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Yoroku: Japanese animation recognized internationally, from paper cats to demon slayers

The anime film "Demon Slayer -- Kimetsu no Yaiba -- The Movie: Mugen Train," which broke box-office records in Japan, is becoming a bona fide hit in the United States as well. As with works created by Studio Ghibli Inc., Japanese animation is highly respected internationally. The big splash that "Demon Slayer" has made is likely a reflection of Japanese anime's true strength.

    Anime's history, which developed alongside that of television in the post-World War II era, was portrayed in Japanese public broadcaster NHK's morning drama serial, "Natsuzora." In the art form's pioneer days in the prewar era, there were more than a few forerunners creating unique Japan-made animation, using Western technology as a reference.

    Noburo Ofuji, of the Ofuji Prize of the Mainichi Film Awards' animation category, is one of those forerunners. In the prewar era, he made animation using Edo chiyogami washi paper cutouts, and in the postwar period, he was recognized internationally for his works using silhouettes and cels.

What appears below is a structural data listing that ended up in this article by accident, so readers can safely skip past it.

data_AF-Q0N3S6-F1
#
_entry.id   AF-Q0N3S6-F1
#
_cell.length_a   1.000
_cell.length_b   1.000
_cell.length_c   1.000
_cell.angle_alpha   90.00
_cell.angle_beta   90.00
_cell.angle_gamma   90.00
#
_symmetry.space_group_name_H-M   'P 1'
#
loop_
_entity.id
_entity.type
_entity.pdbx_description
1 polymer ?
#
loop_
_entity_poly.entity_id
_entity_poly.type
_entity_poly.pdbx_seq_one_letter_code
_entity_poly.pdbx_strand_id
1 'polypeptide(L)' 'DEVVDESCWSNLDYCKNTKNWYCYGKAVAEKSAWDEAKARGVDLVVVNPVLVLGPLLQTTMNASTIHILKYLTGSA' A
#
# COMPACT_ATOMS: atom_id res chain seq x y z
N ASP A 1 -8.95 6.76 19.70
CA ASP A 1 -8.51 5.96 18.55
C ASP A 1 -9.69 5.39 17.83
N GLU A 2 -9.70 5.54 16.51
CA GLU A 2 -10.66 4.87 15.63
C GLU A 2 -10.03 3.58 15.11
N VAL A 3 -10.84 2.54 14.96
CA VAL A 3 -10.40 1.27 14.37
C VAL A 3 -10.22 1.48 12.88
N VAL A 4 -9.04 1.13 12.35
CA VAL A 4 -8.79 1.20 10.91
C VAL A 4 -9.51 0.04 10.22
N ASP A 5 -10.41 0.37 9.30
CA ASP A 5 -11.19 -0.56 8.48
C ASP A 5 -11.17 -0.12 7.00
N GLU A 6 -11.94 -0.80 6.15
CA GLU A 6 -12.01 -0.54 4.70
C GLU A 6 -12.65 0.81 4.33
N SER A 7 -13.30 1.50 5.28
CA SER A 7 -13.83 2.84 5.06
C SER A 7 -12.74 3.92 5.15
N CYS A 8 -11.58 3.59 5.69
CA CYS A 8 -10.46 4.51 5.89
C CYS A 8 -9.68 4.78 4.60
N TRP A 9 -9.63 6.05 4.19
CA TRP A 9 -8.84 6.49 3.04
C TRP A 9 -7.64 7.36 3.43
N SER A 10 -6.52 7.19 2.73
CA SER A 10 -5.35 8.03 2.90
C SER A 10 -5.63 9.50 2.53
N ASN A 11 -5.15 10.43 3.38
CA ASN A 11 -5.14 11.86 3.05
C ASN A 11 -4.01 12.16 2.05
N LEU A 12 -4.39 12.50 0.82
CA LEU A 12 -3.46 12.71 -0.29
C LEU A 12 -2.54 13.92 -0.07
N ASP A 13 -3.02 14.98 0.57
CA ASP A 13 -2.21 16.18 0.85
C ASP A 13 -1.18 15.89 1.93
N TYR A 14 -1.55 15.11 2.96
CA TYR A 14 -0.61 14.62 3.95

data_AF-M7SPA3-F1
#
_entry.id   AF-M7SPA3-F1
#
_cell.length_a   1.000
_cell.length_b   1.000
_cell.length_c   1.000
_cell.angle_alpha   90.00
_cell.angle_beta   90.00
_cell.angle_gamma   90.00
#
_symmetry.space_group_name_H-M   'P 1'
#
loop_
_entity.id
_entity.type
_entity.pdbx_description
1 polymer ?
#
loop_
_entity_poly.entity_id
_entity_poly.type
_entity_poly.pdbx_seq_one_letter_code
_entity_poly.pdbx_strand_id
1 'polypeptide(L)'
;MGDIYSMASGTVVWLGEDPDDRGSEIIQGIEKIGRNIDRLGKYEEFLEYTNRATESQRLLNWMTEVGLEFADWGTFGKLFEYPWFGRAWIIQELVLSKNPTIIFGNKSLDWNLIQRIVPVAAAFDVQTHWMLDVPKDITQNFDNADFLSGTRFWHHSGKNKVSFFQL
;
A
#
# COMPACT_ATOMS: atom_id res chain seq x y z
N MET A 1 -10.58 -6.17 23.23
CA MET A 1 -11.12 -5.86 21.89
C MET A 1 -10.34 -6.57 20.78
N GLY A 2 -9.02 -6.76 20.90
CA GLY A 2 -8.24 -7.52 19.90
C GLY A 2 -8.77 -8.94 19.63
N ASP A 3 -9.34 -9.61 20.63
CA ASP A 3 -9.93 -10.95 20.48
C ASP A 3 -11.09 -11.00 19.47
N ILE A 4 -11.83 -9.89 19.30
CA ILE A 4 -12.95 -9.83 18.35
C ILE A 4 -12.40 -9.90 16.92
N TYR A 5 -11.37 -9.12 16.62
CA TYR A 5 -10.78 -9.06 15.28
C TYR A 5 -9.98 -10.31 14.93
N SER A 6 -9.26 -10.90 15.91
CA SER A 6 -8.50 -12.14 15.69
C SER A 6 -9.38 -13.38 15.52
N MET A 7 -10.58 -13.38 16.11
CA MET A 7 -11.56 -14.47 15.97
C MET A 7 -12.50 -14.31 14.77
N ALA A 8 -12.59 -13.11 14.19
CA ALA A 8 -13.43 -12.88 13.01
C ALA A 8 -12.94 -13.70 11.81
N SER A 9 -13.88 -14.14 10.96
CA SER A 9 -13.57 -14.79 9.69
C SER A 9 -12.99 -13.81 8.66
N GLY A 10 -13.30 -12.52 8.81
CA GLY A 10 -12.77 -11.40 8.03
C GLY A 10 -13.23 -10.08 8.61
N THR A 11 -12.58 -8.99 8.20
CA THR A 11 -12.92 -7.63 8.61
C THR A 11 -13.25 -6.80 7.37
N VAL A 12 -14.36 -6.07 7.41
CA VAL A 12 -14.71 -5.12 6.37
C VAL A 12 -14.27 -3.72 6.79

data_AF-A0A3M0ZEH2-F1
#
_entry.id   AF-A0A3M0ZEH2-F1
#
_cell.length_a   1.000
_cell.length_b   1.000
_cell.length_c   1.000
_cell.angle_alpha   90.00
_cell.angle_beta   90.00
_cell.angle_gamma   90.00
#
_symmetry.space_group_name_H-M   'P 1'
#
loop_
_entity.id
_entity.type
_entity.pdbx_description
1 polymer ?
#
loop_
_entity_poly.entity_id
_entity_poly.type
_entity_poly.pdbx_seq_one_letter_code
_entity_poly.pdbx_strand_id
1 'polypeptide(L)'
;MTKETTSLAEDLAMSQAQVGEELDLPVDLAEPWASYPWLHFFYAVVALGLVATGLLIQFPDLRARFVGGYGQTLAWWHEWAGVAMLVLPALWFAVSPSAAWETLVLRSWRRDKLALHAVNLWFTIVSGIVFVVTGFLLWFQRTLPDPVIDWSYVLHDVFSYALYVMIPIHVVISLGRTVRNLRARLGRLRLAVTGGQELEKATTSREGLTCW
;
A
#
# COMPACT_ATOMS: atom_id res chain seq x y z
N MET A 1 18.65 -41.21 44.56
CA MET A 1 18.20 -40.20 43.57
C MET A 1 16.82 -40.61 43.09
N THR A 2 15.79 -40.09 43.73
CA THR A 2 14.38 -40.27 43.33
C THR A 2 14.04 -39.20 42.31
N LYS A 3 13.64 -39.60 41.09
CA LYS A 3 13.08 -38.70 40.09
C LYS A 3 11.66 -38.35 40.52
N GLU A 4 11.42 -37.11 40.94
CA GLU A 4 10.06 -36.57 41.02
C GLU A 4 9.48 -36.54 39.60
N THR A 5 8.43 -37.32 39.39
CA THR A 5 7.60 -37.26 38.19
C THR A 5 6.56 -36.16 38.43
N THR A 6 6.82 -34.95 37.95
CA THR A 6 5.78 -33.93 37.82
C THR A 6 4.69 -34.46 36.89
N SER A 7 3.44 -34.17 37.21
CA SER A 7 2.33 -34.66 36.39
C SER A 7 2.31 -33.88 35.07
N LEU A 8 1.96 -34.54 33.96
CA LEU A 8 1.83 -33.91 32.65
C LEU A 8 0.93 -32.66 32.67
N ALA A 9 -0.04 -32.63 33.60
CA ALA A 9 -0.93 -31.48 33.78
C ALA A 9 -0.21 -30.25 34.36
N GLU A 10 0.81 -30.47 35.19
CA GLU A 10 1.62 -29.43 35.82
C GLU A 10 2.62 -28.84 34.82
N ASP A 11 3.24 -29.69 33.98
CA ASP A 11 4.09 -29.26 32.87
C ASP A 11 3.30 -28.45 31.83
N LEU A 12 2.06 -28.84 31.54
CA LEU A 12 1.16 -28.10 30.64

"Kuronyago," a short animated film made in 1929, in which a black cat and children dance together, was screened alongside a 78 rpm record. The singer of the song, "Kuronyago," Hideko Hirai, was hailed as a prodigy. Her songs were not only used in Ofuji's works, but in various other short animated films, such as "Muramatsuri" (Village festival), "Shoshoji no tanuki bayashi" (Japanese raccoon festival music of Shoshoji temple), and "Chameko no ichinichi" (A day in the life of Chameko) -- featuring a girl from a middle-class family in Tokyo.

    Hirai passed away at the age of 104. She retired from singing in her 20s after she got married, and left the spotlight. But a CD of the songs she had put out during her career was released in 2014. Hirai's songs can be heard and the animated films in which her songs were used can be seen on video-streaming sites today.

    Apparently, the animations that harnessed the power of Hirai's cute voice -- at a time when technology was limited -- have diehard fans even now. Let us express gratitude for the blessings we are able to receive in this digital age.

    ("Yoroku," a front-page column in the Mainichi Shimbun)

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